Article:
Case: 65 Orig TEXAS V. NEW MEXICO (2020-Oct-05)

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By Austin Songer. Discovered by Player FM and our community — copyright is owned by the publisher, not Player FM, and audio is streamed directly from their servers. Hit the Subscribe button to track updates in Player FM, or paste the feed URL into other podcast apps.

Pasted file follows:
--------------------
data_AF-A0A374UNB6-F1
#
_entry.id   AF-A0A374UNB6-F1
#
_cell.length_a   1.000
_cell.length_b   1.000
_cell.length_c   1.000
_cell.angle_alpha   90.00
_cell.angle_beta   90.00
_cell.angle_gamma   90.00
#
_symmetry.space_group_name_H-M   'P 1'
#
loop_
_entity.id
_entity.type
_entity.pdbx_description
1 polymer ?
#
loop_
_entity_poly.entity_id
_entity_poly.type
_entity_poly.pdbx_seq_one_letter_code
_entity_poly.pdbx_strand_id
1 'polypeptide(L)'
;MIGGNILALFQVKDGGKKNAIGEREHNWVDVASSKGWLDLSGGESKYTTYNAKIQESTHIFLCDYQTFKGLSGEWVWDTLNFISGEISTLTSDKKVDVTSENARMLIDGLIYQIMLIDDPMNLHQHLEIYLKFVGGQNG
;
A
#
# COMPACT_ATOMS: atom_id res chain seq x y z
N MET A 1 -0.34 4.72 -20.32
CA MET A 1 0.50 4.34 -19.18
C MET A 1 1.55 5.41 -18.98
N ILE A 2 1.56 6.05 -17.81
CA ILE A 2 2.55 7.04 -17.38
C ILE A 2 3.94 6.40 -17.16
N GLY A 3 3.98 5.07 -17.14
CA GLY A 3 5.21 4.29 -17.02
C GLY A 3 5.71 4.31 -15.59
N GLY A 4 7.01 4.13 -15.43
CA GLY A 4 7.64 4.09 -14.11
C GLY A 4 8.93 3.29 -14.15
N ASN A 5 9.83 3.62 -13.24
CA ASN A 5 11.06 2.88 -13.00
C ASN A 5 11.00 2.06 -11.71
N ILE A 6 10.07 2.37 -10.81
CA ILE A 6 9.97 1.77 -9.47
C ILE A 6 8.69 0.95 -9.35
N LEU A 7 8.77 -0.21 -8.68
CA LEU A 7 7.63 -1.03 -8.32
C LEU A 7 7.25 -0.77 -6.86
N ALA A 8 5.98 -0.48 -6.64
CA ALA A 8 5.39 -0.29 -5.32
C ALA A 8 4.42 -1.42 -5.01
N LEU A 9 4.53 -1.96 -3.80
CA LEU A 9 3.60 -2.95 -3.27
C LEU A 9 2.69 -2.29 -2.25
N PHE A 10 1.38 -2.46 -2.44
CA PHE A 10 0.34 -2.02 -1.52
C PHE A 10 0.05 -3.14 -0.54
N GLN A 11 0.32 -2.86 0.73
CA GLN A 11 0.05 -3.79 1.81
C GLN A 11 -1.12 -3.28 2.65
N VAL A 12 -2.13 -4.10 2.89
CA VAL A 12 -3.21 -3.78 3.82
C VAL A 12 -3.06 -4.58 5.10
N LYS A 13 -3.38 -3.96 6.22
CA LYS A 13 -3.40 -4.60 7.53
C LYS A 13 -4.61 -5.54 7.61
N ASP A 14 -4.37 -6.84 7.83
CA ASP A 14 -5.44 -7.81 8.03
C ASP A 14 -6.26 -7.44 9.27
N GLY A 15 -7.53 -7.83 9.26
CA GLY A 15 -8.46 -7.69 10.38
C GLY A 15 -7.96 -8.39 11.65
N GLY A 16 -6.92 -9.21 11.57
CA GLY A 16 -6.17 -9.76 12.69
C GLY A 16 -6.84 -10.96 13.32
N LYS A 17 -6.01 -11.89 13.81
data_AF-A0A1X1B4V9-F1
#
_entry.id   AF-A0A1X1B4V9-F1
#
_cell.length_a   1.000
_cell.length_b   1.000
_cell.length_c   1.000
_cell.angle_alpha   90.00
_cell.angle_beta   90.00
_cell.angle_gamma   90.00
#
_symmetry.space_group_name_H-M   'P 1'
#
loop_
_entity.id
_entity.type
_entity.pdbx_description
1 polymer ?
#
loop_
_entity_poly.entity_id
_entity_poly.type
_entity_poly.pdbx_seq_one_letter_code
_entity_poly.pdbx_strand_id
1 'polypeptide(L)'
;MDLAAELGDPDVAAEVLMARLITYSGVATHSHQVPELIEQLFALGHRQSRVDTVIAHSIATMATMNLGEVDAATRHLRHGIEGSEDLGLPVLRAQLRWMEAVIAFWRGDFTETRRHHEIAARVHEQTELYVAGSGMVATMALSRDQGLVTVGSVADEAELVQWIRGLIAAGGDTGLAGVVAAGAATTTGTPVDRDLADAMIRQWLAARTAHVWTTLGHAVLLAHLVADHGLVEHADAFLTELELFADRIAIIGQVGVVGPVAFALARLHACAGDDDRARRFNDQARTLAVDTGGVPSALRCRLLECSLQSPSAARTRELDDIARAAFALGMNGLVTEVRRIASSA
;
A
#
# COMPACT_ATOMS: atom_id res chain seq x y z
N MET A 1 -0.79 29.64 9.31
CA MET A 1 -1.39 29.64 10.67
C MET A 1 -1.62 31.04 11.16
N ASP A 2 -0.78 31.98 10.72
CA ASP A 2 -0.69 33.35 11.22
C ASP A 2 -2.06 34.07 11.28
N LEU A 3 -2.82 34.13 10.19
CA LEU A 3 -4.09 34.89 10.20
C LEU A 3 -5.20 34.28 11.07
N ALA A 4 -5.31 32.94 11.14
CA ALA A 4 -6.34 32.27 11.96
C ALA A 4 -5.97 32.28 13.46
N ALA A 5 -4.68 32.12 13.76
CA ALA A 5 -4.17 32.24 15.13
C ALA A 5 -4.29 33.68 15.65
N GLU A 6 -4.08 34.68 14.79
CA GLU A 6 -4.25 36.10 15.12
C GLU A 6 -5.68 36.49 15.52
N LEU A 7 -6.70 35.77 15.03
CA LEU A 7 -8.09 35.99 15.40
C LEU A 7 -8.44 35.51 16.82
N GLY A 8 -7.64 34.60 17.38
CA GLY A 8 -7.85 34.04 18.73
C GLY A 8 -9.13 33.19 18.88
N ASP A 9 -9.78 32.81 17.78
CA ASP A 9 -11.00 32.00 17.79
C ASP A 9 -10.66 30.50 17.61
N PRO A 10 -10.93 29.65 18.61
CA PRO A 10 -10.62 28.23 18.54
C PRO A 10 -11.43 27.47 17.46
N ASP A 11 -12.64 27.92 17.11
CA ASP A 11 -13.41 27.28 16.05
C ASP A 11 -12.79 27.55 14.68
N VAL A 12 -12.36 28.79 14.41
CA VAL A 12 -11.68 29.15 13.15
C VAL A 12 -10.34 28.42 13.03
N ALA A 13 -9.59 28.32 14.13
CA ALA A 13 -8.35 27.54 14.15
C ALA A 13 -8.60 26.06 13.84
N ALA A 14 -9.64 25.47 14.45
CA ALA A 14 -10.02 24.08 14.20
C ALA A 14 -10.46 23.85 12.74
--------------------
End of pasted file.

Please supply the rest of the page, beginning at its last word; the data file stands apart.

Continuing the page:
LOWER COURT CASE NUMBER:QUESTION PRESENTED: To resolve disputes about use of the Pecos River, Texas and New Mexico entered into the Pecos River Compact. This Court subsequently entered an amended decree ordering New Mexico to comply with its Compact obligations and appointing a River Master to perform the annual calculations of New Mexico's water-delivery obligations. The Court's decree specifies exact procedures for objecting to the River Master's annual reports. In particular, a party must seek this Court's review of any final determination of the River Master within 30 days. Likewise, the decree allows modifying the manual governing the River Master's calculations only by specified procedures. In 2014 and 2015, a federally owned reservoir in New Mexico impounded and held large amounts of flood waters dumped in the Pecos Basin by heavy rains. When the reservoir’s authority to hold the water for flood-control purposes expired, the reservoir began to release it. Texas did not use this water, nor could it. The downstream reservoir in Texas was already full from holding flood water, so Texas had to release water, wasted, to make room for the water flowing in from New Mexico. The River Master timely calculated and reported New Mexico's obligations for 2014 and 2015. Neither report reduced Texas's rights to water delivery based on the evaporation of water stored in the federal reservoir in New Mexico-water that Texas could not use. At the time, New Mexico lodged no objection, and the 30-day review period lapsed. But years later, in mid-2018, New Mexico filed a motion arguing that its delivery obligations should be reduced by the water that evaporated from the floodwaters stored in 2014 and 2015, giving New Mexico delivery credits for losses from water that neither State used. Rather than dismiss that untimely objection, the River Master modified the governing manual over Texas's objection to allow retroactive changes to final reports,gave that modification of the manual retroactive effect, and amended the 2015 report toprovide New Mexico credits against its delivery obligations for most of the evaporative loss in 2015. THE QUESTIONS PRESENTED ARE: 1. Whether the River Master clearly erred in retroactively amending the River Master Manual and his final accounting for 2015 without Texas's consent and contrary to this Court's decree. 2. Whether the River Master clearly erred by charging Texas for evaporative losses without authority under the Compact. SUPPORT what we are doing here by contributing to our Patreon at https://www.patreon.com/supremecourt

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